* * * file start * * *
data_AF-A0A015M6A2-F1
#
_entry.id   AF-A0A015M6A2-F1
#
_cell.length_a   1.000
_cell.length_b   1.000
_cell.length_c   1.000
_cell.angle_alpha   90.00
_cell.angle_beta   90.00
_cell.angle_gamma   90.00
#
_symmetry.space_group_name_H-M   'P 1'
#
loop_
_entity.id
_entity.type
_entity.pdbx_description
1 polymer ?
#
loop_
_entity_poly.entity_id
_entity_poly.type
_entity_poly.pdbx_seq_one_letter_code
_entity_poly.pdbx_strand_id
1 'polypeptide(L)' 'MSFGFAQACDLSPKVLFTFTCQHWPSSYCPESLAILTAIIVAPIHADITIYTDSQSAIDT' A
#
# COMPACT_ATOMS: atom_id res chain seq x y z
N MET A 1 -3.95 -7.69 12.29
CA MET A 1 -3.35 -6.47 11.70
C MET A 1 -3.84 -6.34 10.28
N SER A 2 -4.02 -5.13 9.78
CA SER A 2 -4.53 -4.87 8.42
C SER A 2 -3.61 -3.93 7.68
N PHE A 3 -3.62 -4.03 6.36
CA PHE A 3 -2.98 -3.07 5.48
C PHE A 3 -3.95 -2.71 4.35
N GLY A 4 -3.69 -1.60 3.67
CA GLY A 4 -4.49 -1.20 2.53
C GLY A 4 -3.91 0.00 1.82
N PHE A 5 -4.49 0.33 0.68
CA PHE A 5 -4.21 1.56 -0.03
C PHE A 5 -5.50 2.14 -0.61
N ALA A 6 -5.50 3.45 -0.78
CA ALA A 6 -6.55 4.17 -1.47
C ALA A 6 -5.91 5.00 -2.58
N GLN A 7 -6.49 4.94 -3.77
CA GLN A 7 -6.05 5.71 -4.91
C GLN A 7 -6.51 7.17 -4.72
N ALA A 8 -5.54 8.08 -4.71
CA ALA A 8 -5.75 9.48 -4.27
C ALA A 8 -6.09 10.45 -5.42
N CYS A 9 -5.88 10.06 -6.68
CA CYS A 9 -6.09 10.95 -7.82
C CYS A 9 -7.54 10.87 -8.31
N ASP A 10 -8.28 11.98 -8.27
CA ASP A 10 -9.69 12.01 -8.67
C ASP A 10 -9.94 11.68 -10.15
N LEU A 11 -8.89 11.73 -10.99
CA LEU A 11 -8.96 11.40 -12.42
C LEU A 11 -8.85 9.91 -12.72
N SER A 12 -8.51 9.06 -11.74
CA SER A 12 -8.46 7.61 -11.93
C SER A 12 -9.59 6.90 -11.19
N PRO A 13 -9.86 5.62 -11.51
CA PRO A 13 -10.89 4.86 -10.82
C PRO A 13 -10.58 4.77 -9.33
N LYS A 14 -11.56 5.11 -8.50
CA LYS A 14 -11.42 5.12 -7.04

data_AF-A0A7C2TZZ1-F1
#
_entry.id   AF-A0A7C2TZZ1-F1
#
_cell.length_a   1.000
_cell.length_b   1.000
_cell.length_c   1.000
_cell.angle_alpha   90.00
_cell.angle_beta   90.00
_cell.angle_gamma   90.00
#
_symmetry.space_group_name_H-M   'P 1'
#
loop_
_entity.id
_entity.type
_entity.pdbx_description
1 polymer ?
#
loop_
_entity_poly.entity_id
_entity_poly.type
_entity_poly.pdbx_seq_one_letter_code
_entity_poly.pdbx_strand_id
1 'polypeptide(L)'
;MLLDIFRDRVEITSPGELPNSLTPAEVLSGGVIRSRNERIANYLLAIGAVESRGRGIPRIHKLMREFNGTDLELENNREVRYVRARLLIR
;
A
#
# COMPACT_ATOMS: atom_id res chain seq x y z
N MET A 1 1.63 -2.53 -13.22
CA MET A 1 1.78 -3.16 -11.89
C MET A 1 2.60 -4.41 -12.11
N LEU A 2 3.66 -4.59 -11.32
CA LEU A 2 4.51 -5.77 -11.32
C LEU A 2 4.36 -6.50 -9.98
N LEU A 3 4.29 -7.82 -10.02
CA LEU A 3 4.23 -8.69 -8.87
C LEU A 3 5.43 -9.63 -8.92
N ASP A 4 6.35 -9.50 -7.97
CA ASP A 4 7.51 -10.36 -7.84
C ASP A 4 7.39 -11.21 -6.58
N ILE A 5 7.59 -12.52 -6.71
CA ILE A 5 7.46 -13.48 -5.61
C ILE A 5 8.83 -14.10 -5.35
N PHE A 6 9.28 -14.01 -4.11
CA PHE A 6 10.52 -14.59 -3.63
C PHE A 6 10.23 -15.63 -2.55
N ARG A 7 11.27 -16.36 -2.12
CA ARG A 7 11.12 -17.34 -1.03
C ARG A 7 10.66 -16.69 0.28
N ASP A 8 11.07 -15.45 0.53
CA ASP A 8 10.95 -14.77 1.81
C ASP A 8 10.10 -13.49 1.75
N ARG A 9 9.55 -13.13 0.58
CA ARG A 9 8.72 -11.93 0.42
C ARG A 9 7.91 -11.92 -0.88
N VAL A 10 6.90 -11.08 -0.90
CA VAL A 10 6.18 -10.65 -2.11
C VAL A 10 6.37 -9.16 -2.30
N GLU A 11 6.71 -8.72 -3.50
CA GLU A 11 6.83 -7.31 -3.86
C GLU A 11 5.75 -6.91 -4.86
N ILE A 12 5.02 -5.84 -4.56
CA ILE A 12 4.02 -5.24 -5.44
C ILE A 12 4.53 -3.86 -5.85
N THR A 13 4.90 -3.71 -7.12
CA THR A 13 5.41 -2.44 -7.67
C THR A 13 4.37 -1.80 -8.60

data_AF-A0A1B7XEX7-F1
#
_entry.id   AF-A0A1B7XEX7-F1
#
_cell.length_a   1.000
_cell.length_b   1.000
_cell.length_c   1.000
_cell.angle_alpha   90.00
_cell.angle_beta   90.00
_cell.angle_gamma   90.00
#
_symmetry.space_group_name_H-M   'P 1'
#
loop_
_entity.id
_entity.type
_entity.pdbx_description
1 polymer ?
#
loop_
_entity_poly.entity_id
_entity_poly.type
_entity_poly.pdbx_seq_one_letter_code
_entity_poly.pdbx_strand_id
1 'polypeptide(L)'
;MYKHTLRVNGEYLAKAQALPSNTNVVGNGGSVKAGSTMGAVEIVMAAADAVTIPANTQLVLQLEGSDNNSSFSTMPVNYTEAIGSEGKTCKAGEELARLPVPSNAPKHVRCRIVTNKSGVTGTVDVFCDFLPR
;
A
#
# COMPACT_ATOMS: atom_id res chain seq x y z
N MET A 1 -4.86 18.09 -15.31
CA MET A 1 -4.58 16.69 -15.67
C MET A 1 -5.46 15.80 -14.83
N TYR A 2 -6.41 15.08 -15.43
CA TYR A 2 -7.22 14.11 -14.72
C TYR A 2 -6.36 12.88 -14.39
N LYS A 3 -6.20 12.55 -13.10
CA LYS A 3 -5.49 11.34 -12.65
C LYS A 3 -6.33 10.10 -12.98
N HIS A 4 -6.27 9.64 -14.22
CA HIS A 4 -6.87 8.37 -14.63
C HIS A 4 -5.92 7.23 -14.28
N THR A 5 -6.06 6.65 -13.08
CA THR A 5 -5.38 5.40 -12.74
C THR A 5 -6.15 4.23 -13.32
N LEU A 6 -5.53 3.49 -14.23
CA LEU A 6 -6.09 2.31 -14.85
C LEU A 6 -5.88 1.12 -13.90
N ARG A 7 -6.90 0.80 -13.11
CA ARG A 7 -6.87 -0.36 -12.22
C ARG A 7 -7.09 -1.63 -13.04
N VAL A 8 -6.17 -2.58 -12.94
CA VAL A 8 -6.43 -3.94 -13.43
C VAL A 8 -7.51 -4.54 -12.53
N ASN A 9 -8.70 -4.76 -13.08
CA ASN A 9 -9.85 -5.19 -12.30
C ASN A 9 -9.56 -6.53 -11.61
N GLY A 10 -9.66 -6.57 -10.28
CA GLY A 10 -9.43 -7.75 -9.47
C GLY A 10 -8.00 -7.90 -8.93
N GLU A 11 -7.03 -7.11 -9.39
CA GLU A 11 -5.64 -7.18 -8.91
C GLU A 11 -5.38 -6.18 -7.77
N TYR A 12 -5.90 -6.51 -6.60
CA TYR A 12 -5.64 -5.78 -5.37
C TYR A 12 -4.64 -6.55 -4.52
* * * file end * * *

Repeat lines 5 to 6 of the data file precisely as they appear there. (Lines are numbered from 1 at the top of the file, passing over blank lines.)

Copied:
_cell.length_a   1.000
_cell.length_b   1.000